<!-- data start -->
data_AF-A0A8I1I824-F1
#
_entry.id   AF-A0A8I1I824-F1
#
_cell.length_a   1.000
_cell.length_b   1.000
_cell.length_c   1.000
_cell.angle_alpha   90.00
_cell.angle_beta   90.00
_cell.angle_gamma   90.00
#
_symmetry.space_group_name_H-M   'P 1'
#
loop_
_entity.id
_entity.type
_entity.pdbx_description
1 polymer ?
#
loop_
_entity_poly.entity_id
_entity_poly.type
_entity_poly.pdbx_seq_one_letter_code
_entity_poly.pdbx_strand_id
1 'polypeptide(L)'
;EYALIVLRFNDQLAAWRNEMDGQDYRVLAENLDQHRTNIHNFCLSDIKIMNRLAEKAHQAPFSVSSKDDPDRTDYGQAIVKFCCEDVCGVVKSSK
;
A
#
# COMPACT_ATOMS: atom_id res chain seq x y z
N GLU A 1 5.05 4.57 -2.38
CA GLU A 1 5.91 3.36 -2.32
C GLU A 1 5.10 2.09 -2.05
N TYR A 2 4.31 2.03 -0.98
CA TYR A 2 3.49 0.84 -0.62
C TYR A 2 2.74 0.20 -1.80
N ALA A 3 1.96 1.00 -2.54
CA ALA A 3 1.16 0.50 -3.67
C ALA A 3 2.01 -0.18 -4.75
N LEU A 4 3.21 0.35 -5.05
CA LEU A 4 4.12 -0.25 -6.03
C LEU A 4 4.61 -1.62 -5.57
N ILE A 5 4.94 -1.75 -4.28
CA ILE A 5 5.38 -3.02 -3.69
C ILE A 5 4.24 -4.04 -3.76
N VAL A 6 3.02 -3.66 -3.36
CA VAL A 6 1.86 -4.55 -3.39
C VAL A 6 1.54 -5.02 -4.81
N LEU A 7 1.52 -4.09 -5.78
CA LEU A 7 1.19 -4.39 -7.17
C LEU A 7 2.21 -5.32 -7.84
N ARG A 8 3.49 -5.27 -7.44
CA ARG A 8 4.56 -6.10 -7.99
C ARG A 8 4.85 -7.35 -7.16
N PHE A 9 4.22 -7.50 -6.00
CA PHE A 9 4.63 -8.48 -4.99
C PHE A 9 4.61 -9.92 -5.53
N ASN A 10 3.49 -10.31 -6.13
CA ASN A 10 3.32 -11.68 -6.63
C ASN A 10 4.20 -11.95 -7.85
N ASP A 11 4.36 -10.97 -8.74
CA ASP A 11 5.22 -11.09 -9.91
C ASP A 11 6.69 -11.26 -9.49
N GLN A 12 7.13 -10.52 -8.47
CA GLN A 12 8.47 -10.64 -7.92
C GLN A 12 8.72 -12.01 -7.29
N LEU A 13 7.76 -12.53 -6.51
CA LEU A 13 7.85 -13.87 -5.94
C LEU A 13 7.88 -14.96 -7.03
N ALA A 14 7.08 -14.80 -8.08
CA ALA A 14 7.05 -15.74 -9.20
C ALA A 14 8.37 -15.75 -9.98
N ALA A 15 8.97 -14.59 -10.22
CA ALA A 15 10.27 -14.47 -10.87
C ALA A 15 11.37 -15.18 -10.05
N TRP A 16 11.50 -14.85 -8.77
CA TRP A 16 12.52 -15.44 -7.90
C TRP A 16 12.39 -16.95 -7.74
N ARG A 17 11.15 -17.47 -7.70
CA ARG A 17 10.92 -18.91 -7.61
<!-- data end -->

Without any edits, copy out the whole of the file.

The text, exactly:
data_AF-A0A8I1I824-F1
#
_entry.id   AF-A0A8I1I824-F1
#
_cell.length_a   1.000
_cell.length_b   1.000
_cell.length_c   1.000
_cell.angle_alpha   90.00
_cell.angle_beta   90.00
_cell.angle_gamma   90.00
#
_symmetry.space_group_name_H-M   'P 1'
#
loop_
_entity.id
_entity.type
_entity.pdbx_description
1 polymer ?
#
loop_
_entity_poly.entity_id
_entity_poly.type
_entity_poly.pdbx_seq_one_letter_code
_entity_poly.pdbx_strand_id
1 'polypeptide(L)'
;EYALIVLRFNDQLAAWRNEMDGQDYRVLAENLDQHRTNIHNFCLSDIKIMNRLAEKAHQAPFSVSSKDDPDRTDYGQAIVKFCCEDVCGVVKSSK
;
A
#
# COMPACT_ATOMS: atom_id res chain seq x y z
N GLU A 1 5.05 4.57 -2.38
CA GLU A 1 5.91 3.36 -2.32
C GLU A 1 5.10 2.09 -2.05
N TYR A 2 4.31 2.03 -0.98
CA TYR A 2 3.49 0.84 -0.62
C TYR A 2 2.74 0.20 -1.80
N ALA A 3 1.96 1.00 -2.54
CA ALA A 3 1.16 0.50 -3.67
C ALA A 3 2.01 -0.18 -4.75
N LEU A 4 3.21 0.35 -5.05
CA LEU A 4 4.12 -0.25 -6.03
C LEU A 4 4.61 -1.62 -5.57
N ILE A 5 4.94 -1.75 -4.28
CA ILE A 5 5.38 -3.02 -3.69
C ILE A 5 4.24 -4.04 -3.76
N VAL A 6 3.02 -3.66 -3.36
CA VAL A 6 1.86 -4.55 -3.39
C VAL A 6 1.54 -5.02 -4.81
N LEU A 7 1.52 -4.09 -5.78
CA LEU A 7 1.19 -4.39 -7.17
C LEU A 7 2.21 -5.32 -7.84
N ARG A 8 3.49 -5.27 -7.44
CA ARG A 8 4.56 -6.10 -7.99
C ARG A 8 4.85 -7.35 -7.16
N PHE A 9 4.22 -7.50 -6.00
CA PHE A 9 4.63 -8.48 -4.99
C PHE A 9 4.61 -9.92 -5.53
N ASN A 10 3.49 -10.31 -6.13
CA ASN A 10 3.32 -11.68 -6.63
C ASN A 10 4.20 -11.95 -7.85
N ASP A 11 4.36 -10.97 -8.74
CA ASP A 11 5.22 -11.09 -9.91
C ASP A 11 6.69 -11.26 -9.49
N GLN A 12 7.13 -10.52 -8.47
CA GLN A 12 8.47 -10.64 -7.92
C GLN A 12 8.72 -12.01 -7.29
N LEU A 13 7.76 -12.53 -6.51
CA LEU A 13 7.85 -13.87 -5.94
C LEU A 13 7.88 -14.96 -7.03
N ALA A 14 7.08 -14.80 -8.08
CA ALA A 14 7.05 -15.74 -9.20
C ALA A 14 8.37 -15.75 -9.98
N ALA A 15 8.97 -14.59 -10.22
CA ALA A 15 10.27 -14.47 -10.87
C ALA A 15 11.37 -15.18 -10.05
N TRP A 16 11.50 -14.85 -8.77
CA TRP A 16 12.52 -15.44 -7.90
C TRP A 16 12.39 -16.95 -7.74
N ARG A 17 11.15 -17.47 -7.70
CA ARG A 17 10.92 -18.91 -7.61